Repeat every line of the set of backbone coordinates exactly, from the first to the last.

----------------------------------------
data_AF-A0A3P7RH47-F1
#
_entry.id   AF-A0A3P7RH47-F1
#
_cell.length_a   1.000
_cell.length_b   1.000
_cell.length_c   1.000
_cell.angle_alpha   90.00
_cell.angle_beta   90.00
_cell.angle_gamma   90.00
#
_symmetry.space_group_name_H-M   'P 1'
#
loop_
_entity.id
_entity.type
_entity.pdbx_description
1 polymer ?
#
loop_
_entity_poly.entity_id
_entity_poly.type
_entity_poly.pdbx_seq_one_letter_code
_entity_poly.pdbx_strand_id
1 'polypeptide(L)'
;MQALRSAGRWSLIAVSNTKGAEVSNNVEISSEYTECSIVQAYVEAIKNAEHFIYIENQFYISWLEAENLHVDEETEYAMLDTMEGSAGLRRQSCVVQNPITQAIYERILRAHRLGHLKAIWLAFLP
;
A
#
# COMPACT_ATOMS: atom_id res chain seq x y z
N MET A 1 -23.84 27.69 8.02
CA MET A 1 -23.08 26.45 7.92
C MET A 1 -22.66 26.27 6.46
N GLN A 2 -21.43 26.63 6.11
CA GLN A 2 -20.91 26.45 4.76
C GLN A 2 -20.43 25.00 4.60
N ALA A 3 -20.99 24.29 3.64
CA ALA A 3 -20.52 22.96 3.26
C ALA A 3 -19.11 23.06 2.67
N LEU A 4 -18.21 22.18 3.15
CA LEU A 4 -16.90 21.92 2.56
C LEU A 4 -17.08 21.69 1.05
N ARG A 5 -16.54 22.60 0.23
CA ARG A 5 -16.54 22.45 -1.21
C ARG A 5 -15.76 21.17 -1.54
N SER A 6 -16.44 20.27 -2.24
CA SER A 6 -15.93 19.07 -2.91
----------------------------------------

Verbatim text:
data_AF-A0A3P7RH47-F1
#
_entry.id   AF-A0A3P7RH47-F1
#
_cell.length_a   1.000
_cell.length_b   1.000
_cell.length_c   1.000
_cell.angle_alpha   90.00
_cell.angle_beta   90.00
_cell.angle_gamma   90.00
#
_symmetry.space_group_name_H-M   'P 1'
#
loop_
_entity.id
_entity.type
_entity.pdbx_description
1 polymer ?
#
loop_
_entity_poly.entity_id
_entity_poly.type
_entity_poly.pdbx_seq_one_letter_code
_entity_poly.pdbx_strand_id
1 'polypeptide(L)'
;MQALRSAGRWSLIAVSNTKGAEVSNNVEISSEYTECSIVQAYVEAIKNAEHFIYIENQFYISWLEAENLHVDEETEYAMLDTMEGSAGLRRQSCVVQNPITQAIYERILRAHRLGHLKAIWLAFLP
;
A
#
# COMPACT_ATOMS: atom_id res chain seq x y z
N MET A 1 -23.84 27.69 8.02
CA MET A 1 -23.08 26.45 7.92
C MET A 1 -22.66 26.27 6.46
N GLN A 2 -21.43 26.63 6.11
CA GLN A 2 -20.91 26.45 4.76
C GLN A 2 -20.43 25.00 4.60
N ALA A 3 -20.99 24.29 3.64
CA ALA A 3 -20.52 22.96 3.26
C ALA A 3 -19.11 23.06 2.67
N LEU A 4 -18.21 22.18 3.15
CA LEU A 4 -16.90 21.92 2.56
C LEU A 4 -17.08 21.69 1.05
N ARG A 5 -16.54 22.60 0.23
CA ARG A 5 -16.54 22.45 -1.21
C ARG A 5 -15.76 21.17 -1.54
N SER A 6 -16.44 20.27 -2.24
CA SER A 6 -15.93 19.07 -2.91